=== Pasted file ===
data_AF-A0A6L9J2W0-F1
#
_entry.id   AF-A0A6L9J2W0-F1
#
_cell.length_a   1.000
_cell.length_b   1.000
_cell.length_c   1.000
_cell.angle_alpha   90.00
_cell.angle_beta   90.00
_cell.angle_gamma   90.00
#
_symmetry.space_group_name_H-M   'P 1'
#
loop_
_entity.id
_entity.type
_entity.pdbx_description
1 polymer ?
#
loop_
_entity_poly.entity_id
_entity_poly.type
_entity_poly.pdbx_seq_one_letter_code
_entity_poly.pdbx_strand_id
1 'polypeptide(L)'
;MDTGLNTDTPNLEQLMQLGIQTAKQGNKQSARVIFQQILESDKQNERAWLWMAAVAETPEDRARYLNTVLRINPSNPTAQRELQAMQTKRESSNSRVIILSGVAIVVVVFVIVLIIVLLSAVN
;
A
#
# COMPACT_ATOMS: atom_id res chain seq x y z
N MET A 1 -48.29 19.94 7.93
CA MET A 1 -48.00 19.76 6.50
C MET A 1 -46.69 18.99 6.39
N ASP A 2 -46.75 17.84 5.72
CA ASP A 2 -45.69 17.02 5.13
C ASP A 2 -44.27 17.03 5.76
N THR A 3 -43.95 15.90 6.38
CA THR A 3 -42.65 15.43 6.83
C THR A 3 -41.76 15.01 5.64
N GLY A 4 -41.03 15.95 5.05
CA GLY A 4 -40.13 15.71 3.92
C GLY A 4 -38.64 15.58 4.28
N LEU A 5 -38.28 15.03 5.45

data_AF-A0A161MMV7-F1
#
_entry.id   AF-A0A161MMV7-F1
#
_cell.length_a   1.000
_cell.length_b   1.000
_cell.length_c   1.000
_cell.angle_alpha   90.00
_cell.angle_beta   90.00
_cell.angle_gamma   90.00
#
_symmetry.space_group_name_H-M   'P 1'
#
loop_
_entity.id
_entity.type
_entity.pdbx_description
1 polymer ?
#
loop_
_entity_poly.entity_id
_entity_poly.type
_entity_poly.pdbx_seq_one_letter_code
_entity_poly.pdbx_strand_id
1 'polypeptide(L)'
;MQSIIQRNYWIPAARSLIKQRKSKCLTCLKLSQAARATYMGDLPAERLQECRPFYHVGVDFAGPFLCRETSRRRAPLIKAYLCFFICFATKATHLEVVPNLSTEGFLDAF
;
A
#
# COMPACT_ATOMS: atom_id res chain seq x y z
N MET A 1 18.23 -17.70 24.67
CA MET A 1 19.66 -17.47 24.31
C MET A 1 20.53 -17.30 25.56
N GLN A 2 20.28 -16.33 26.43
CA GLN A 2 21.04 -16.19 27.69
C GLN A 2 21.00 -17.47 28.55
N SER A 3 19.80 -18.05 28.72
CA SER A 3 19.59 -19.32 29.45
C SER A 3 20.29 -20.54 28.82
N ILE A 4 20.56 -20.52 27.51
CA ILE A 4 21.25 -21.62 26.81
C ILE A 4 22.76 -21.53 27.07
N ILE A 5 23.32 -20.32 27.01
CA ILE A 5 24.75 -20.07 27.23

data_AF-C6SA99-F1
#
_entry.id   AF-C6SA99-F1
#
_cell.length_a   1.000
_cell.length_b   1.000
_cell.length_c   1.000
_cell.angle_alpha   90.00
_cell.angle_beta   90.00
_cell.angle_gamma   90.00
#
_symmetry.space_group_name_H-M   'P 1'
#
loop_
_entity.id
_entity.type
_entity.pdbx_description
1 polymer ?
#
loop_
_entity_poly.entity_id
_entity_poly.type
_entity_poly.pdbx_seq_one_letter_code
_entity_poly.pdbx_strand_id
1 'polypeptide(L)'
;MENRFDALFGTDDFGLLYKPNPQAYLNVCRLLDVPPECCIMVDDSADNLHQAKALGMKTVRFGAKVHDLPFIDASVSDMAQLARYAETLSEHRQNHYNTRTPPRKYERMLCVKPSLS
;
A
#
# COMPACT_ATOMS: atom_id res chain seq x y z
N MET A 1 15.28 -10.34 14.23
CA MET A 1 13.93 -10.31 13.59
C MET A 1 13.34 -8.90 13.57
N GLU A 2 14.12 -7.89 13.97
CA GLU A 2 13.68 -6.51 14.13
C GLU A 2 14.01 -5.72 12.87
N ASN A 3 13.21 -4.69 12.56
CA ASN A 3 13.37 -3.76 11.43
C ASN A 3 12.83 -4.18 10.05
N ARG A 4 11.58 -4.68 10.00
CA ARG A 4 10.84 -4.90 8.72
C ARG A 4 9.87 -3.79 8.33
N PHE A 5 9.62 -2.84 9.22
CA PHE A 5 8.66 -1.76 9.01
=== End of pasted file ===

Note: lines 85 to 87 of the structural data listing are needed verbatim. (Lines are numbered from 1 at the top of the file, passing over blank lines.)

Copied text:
C ILE A 4 22.76 -21.53 27.07
N ILE A 5 23.32 -20.32 27.01
CA ILE A 5 24.75 -20.07 27.23